Beets aren’t the most common root vegetable on the American table. But they’re rich in a variety of vitamins, minerals and phytonutrients, which has made them a popular addition to many a juice cleanse. New research recently published has found a new potential use for beets that may make them a key player in helping those with heart failure.
The researchers conducted a study in 2013 that found that nitrates present at high concentrations in beets could increase blood flow to muscles. They do this by forming a molecule called nitric oxide (NO), which is a tiny gas molecule that is released locally by your blood vessels to open them up when more blood is needed somewhere.
While the body produces the chemical by itself, adding it to your blood using medications can have the same effect. Nitroglycerin, for example, is taken for heart-related chest pain and helps by upping the blood flow to the heart when it starts to drop below needed levels. It seems beets serve the same purpose and specifically target muscles.
Building on these findings from 2013, researchers looked to understand the nuance behind how exactly muscles were benefitting. Other studies had found that increasing NO helped more with sudden, high-intensity exercise than endurance exercise. Muscles generally contain two types of fibers: slow-twitch, involved in endurance; and fast twitch, involved in rapid movements. Marathon runners tend to have more slow-twitch fibers, and sprinters tend to have more fast-twitch. The researchers wondered whether blood flow might be increasing more in fast-twitch fibers than slow ones.
To study this, they looked at two muscles in mice: the gastrocnemius, which is the muscle we know as the “calf” and has fast-twitch fibers; and the soleus, which sits right under the calf muscle and is mostly slow-twitch. They looked to see how much oxygen was being sent to each of these muscles when the mice were provided with water or with beet juice.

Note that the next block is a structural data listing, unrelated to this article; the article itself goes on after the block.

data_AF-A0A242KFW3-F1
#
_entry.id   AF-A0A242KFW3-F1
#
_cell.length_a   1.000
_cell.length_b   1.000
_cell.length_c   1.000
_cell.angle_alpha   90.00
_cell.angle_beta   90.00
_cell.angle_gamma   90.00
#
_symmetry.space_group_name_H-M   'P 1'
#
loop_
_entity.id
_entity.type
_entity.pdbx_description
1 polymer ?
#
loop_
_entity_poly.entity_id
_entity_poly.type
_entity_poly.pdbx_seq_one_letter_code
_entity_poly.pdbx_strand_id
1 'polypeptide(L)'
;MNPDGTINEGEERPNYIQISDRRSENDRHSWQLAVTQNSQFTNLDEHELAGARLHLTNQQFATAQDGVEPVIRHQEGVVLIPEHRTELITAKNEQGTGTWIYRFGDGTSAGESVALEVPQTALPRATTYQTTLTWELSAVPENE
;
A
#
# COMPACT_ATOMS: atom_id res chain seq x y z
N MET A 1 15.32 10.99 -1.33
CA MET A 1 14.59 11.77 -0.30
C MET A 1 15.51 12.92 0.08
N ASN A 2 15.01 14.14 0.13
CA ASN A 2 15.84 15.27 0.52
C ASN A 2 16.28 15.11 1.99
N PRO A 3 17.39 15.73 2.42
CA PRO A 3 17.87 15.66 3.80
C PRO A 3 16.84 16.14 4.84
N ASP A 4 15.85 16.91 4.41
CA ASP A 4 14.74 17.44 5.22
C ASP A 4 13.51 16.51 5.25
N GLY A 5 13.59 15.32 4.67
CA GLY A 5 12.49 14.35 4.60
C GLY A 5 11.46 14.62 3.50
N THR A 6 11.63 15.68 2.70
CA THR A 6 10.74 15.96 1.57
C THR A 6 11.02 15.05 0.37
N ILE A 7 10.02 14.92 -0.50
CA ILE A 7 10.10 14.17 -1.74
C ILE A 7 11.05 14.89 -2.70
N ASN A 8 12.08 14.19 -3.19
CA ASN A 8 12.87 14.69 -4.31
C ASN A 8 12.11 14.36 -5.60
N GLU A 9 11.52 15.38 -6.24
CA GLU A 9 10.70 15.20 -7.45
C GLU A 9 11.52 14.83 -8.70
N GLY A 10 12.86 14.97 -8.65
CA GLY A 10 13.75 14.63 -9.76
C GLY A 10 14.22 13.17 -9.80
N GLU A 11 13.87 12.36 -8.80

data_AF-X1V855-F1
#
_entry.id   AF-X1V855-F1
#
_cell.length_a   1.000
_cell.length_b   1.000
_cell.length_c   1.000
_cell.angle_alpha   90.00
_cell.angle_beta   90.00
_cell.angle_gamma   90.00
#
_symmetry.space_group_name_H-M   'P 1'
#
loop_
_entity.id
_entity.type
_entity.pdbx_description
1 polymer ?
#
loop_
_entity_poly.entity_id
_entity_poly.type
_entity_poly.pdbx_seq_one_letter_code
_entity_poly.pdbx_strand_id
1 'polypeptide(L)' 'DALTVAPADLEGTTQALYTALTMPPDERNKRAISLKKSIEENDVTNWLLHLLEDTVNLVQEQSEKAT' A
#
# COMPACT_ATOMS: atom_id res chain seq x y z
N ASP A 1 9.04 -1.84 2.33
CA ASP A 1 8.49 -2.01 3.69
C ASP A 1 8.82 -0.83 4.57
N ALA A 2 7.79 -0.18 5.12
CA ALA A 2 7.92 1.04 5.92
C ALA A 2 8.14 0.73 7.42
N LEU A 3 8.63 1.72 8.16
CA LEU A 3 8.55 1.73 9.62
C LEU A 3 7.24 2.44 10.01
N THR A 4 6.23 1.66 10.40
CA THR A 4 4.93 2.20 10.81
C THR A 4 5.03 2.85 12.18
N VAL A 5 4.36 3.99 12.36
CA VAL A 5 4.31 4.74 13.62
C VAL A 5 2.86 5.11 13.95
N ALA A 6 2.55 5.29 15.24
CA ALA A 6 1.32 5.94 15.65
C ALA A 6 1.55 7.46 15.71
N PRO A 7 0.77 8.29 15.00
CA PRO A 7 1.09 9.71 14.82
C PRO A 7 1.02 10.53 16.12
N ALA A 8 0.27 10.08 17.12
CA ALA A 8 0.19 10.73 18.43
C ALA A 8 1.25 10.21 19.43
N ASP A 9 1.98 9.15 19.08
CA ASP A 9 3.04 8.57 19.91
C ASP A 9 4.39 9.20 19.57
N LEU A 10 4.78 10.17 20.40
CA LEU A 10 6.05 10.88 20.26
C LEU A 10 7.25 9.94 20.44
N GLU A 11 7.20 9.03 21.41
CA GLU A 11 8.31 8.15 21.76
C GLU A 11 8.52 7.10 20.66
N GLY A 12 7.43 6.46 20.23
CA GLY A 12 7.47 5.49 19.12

As expected, they found that beet juice increased oxygen and blood flow to each muscle, but they also found that the calf got more than the soleus. This meant that the reason performance improves during intense exercise with beet juice is that fast-twitch muscles get first dibs on high-oxygen blood over slow twitch.
These findings have several implications. A company has sprung up selling beet juice sports drinks, and the Auburn University football team has its players drink beet juice before games to boost their muscle performance. But the researchers also point out there’s another group of people who could benefit: heart disease patients.
In heart disease, the heart doesn’t pump as well as it should, which means all parts of the body struggle to get oxygen-rich blood. When a person with heart disease goes for a walk, they rarely get very far before feeling exhausted. This is because their heart can’t effectively pump oxygen-rich blood to their muscles. This prevents them from doing many of the daily activities they used to be able to do. Eating beets and drinking beet juice could serve as one way to increase blood flow to those muscles, improving mobility and quality of life in those with debilitating heart disease.